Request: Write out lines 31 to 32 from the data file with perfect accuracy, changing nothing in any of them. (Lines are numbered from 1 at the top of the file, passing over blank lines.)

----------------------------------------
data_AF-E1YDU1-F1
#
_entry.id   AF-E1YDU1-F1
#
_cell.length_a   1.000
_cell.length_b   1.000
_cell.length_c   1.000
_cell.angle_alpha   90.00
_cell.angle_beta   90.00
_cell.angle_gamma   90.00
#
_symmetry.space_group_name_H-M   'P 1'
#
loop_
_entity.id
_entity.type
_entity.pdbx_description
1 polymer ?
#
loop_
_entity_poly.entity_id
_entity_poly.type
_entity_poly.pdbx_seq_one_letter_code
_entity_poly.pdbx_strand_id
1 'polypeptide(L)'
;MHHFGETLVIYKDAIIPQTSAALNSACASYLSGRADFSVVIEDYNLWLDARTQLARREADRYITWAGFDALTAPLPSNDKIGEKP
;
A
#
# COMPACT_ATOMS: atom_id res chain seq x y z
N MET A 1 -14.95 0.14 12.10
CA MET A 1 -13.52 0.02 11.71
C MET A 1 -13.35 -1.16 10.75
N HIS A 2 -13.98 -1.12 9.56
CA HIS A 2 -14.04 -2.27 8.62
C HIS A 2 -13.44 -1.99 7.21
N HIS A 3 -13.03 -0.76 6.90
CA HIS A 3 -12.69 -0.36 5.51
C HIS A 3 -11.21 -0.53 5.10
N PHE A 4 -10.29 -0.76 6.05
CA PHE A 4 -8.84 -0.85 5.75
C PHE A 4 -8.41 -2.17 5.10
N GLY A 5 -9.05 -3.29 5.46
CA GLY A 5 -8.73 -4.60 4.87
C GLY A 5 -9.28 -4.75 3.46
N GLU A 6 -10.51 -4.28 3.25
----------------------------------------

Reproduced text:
N MET A 1 -14.95 0.14 12.10
CA MET A 1 -13.52 0.02 11.71